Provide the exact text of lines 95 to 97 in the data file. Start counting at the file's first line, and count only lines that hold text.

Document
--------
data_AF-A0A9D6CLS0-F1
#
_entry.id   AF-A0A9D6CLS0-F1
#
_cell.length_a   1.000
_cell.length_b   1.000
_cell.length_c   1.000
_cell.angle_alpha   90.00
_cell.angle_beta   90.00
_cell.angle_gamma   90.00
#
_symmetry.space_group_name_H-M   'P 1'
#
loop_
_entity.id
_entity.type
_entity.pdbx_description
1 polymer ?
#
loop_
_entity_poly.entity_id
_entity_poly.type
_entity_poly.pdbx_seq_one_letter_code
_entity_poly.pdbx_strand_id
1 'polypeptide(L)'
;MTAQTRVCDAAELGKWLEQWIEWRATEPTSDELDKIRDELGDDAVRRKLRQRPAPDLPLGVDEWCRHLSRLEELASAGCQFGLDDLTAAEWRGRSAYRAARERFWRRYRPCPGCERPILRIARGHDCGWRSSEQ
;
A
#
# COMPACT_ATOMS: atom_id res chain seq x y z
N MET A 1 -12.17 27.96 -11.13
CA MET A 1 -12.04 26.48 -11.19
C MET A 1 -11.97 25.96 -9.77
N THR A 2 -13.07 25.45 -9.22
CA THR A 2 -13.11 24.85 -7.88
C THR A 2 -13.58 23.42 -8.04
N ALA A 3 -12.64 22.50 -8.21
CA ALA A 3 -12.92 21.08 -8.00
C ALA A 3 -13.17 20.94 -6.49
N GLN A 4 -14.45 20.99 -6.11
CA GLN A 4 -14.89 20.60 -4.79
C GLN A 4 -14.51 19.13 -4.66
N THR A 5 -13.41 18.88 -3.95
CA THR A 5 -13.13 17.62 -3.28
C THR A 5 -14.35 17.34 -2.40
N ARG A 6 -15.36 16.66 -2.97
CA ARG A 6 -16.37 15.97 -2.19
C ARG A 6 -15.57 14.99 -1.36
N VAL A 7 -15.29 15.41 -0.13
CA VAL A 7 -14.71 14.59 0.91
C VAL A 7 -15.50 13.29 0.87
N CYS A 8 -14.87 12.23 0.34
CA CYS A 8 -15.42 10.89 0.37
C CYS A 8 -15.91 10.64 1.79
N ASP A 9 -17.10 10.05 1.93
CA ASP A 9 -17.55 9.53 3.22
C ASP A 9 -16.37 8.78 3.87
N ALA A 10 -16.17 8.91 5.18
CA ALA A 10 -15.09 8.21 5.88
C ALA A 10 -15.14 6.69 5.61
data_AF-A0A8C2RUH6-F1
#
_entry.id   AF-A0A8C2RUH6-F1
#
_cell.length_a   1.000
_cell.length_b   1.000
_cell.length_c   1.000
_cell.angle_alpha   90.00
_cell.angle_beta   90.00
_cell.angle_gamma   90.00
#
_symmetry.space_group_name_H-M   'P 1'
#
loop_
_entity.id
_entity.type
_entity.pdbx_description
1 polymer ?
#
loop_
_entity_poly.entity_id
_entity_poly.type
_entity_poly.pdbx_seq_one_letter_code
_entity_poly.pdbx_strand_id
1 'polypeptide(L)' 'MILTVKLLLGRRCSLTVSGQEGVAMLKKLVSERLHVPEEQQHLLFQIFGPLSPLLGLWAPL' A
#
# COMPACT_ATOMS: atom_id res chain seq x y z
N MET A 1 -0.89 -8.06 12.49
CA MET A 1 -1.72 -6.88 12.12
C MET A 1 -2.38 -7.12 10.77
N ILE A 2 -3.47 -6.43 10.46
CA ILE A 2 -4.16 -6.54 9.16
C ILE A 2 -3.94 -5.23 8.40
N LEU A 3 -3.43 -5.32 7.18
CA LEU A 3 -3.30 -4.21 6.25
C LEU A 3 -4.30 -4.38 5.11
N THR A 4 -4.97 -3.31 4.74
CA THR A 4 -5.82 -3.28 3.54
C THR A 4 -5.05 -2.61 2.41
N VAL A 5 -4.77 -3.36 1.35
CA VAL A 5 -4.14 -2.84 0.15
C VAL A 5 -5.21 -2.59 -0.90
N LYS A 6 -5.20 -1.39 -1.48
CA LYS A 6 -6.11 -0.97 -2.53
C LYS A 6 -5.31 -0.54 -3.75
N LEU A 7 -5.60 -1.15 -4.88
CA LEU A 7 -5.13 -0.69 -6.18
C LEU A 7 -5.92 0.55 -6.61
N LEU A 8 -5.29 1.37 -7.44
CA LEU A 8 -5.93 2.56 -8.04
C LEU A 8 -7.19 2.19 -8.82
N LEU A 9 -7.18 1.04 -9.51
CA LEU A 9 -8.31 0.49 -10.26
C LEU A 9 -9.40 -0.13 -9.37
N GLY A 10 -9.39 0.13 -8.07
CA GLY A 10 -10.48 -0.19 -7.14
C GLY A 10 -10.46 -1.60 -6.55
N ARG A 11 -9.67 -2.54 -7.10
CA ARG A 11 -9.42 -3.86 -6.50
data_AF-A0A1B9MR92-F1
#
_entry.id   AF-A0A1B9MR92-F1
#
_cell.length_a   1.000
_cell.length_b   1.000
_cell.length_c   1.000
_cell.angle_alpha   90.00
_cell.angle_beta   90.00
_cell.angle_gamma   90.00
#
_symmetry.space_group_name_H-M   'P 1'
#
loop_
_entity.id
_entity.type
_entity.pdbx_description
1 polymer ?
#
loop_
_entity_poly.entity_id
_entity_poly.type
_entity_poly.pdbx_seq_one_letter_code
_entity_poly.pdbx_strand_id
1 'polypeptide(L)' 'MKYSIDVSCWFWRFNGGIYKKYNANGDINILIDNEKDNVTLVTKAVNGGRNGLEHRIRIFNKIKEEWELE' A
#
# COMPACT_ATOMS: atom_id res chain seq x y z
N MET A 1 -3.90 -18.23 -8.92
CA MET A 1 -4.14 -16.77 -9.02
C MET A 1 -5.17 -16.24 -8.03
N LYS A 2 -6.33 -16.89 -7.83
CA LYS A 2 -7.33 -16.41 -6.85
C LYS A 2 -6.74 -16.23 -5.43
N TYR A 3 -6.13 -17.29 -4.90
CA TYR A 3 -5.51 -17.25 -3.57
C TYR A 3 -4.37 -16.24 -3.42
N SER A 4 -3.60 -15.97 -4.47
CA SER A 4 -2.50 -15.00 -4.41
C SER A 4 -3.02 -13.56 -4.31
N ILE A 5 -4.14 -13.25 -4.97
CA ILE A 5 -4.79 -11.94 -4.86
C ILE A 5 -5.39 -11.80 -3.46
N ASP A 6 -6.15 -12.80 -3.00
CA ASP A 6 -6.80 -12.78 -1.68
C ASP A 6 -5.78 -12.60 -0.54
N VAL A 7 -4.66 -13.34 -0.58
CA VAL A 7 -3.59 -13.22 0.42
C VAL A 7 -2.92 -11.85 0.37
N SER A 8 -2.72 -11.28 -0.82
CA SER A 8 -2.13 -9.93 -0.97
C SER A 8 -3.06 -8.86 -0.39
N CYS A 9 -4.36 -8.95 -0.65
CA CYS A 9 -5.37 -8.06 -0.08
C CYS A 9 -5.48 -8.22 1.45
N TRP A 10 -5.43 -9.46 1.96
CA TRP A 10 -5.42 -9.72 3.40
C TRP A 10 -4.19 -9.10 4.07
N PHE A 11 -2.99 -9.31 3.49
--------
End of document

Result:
CA LEU A 3 -3.30 -4.21 6.25
C LEU A 3 -4.30 -4.38 5.11
N THR A 4 -4.97 -3.31 4.74